How Reliable Is Peer Review?
    By News Staff | May 21st 2010 12:00 AM | 2 comments | Print | E-mail | Track Comments
    Peer Review is universally used to ensure the quality of scientific research, but the process may not be as reliable as people assume. A new study in PLoS One suggests that the recommendations reviewers may not be much more reliable than a coin toss.

    "Peer review provides an important filtering function with the goal of insuring that only the highest quality research is published," said William Tierney, M.D., a Regenstrief Institute investigator and study co-author. "Yet the results of our analysis suggest that reviewers agree on the disposition of manuscripts – accept or reject – at a rate barely exceeding what would be expected by chance. Nevertheless, editors' decisions appear to be significantly influenced by reviewer recommendations."

    A total of 2,264 manuscripts submitted to the Journal of General Internal Medicine (JGIM) were sent by the editors for external review to two or three reviewers each during the study period. These manuscripts received a total of 5,881 reviews provided by 2,916 reviewers. Twenty-eight percent of all reviews recommended rejection.

    However, the journal's overall rejection rate was much higher -- 48 percent overall and 88 percent when all reviewers for a manuscript agreed on rejection (which occurred with only 7 percent of manuscripts). The rejection rate was 20 percent even when all reviewers agreed that the manuscript should be accepted (which occurred with 48 percent of manuscripts).

    "We need to better understand and improve the reliability of the peer-review process while helping editors, who make the ultimate publish or not publish decision, recognize the limitations of reviewers' recommendations," said Dr. Tierney, who served as JGIM co-editor-in-chief from 2004-2009.

    "Published research is becoming a more and more significant factor in scientific dialogue. Physicians and other researchers are no longer the only readers of medical studies. Patients and their families and friends now regularly access medical literature. This makes the review process even more important."

    Citation: Kravitz et al., 'Editorial Peer Reviewers' Recommendations at a General Medical Journal:
    Are They Reliable and Do Editors Care?', PLoS ONE 5(4): e10072;


    Gerhard Adam

    In general, I think the concept of peer-review is over-rated.  Overall, any acceptance or rejection of an article still comes down to whether individuals are convinced by the evidence and likely reflects their own personal opinions and bias (the most objective individual will still be influenced by their own ideas and "theories").

    Until an experiment is repeated or a theory tested, what is actually published is little more than an idea, good or bad.  While it may be useful to have a consensus of opinions to help weed out the truly terrible ideas, it should be clear that even the most preposterous "theories" will still find a way to be heard.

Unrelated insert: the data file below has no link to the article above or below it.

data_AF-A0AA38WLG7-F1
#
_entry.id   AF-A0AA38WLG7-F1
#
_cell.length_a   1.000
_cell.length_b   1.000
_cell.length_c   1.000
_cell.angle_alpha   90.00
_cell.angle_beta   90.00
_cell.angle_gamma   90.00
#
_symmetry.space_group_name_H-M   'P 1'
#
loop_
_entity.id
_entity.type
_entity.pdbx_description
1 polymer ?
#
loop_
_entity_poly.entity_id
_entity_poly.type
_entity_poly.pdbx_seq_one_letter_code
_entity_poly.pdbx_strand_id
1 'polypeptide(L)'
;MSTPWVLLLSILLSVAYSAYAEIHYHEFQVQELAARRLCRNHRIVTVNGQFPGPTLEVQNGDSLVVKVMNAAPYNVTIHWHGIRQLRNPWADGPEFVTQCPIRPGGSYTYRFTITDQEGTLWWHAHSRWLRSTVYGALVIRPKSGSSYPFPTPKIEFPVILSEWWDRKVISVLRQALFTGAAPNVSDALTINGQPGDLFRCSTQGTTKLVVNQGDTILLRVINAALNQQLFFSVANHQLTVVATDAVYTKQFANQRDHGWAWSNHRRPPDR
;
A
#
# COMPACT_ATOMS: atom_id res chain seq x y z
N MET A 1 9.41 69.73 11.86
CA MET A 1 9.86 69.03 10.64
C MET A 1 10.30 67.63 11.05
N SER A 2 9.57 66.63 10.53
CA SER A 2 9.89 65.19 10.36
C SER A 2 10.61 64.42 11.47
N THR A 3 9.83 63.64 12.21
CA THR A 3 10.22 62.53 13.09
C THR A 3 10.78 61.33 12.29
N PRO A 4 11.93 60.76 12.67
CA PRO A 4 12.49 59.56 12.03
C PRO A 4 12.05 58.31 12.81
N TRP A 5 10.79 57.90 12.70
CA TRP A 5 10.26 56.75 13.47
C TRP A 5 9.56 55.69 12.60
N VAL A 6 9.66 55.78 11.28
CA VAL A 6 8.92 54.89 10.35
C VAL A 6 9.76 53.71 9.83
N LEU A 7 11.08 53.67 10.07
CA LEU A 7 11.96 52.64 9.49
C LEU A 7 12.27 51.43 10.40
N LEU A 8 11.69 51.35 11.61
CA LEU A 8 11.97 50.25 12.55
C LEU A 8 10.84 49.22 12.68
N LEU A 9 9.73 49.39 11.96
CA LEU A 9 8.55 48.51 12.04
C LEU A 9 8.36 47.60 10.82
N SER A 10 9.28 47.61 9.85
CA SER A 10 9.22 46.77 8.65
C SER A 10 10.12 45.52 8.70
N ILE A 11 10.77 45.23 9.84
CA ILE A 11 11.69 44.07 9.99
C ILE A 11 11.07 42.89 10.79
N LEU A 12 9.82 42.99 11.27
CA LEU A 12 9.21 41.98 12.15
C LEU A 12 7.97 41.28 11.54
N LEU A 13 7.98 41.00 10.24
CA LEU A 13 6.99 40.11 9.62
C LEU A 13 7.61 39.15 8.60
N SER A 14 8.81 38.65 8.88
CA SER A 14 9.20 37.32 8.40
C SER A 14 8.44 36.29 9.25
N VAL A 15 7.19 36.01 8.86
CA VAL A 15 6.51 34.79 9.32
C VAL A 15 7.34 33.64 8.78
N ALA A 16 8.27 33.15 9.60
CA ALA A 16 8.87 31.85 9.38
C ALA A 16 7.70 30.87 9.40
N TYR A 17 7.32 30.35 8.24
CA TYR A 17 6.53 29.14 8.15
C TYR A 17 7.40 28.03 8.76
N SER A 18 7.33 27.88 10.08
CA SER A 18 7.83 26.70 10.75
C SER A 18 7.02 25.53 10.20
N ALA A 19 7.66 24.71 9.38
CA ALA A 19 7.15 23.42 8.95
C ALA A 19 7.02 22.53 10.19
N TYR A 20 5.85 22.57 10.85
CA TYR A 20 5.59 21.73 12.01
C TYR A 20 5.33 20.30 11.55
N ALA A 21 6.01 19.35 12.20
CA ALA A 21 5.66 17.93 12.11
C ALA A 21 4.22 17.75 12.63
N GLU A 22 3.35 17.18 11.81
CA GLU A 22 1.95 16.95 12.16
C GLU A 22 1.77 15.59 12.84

As a result, information presented to the public doesn't really require peer-review since that is simply an "argument from authority" position (presuming the general public isn't capable of verifying the data or information provided).  Anyone engaged in research is likely already pursuing their own ideas and may well utilize published information to bolster or refute their work, but in the end what is published is largely immaterial until a sufficient consensus of experiments makes a more permanent determination.

    In the end, peer-review is simply the first round in which an idea can be criticized and potential problems be exposed.  However, there isn't a scientist alive that is exempt from considerations from their own careers, their livelihoods, and their own pet ideas to ever provide a truly objective assessment.  Therefore, it doesn't matter what process is used, be it objective evaluation, or the toss of a coin.  What matters is only that ideas are subject to some degree of scrutiny and that there is a follow-up to ensure repeatability.  Publication simply allows ideas to be exposed over a much broader range of individuals than any other mechanism, but it doesn't make the article any more true until it is repeatedly confirmed. 

    Mundus vult decipi
    It is probably better to use a scale of ratings for peer review, such as 1 to 5, worst to best. One can plot probabilities of these ratings from past experience with items to be reviewed and reviewer scorings. If you know that one reviewer has given a specific rating for an item under review, you can plot the probabilities of other reviewers giving alternative ratings, again from past experience with items being reviewed. You can actually estimate the information in a rating from the difference in the average uncertainty of the a priori and a posteriori distributions.

    This approach, which I have used in the past, does away with the assumption that reviewers define "ground truth" and gives a basis for determining how many reviews to seek per item to be reviewed and how much credence to give to their reviews.